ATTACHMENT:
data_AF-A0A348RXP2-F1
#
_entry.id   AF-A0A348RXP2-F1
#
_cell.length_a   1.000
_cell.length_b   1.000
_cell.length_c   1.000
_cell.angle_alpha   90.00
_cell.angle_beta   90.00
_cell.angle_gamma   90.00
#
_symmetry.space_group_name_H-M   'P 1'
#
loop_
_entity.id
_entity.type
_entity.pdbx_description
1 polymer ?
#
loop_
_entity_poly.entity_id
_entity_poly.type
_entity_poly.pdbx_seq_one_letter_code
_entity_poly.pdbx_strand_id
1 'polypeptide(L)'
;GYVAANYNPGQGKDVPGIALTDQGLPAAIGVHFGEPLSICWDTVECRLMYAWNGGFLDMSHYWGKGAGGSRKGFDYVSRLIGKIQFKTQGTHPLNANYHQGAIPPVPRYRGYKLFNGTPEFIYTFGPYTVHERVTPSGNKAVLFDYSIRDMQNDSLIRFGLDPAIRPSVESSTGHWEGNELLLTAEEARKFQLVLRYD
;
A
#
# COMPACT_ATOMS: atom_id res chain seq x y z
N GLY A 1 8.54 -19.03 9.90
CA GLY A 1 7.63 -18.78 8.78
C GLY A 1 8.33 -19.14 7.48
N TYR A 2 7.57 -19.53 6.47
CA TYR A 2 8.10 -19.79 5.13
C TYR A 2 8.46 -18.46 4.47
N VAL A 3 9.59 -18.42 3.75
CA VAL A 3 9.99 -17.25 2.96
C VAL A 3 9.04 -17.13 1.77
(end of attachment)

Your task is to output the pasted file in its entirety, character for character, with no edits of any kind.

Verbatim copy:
data_AF-A0A348RXP2-F1
#
_entry.id   AF-A0A348RXP2-F1
#
_cell.length_a   1.000
_cell.length_b   1.000
_cell.length_c   1.000
_cell.angle_alpha   90.00
_cell.angle_beta   90.00
_cell.angle_gamma   90.00
#
_symmetry.space_group_name_H-M   'P 1'
#
loop_
_entity.id
_entity.type
_entity.pdbx_description
1 polymer ?
#
loop_
_entity_poly.entity_id
_entity_poly.type
_entity_poly.pdbx_seq_one_letter_code
_entity_poly.pdbx_strand_id
1 'polypeptide(L)'
;GYVAANYNPGQGKDVPGIALTDQGLPAAIGVHFGEPLSICWDTVECRLMYAWNGGFLDMSHYWGKGAGGSRKGFDYVSRLIGKIQFKTQGTHPLNANYHQGAIPPVPRYRGYKLFNGTPEFIYTFGPYTVHERVTPSGNKAVLFDYSIRDMQNDSLIRFGLDPAIRPSVESSTGHWEGNELLLTAEEARKFQLVLRYD
;
A
#
# COMPACT_ATOMS: atom_id res chain seq x y z
N GLY A 1 8.54 -19.03 9.90
CA GLY A 1 7.63 -18.78 8.78
C GLY A 1 8.33 -19.14 7.48
N TYR A 2 7.57 -19.53 6.47
CA TYR A 2 8.10 -19.79 5.13
C TYR A 2 8.46 -18.46 4.47
N VAL A 3 9.59 -18.42 3.75
CA VAL A 3 9.99 -17.25 2.96
C VAL A 3 9.04 -17.13 1.77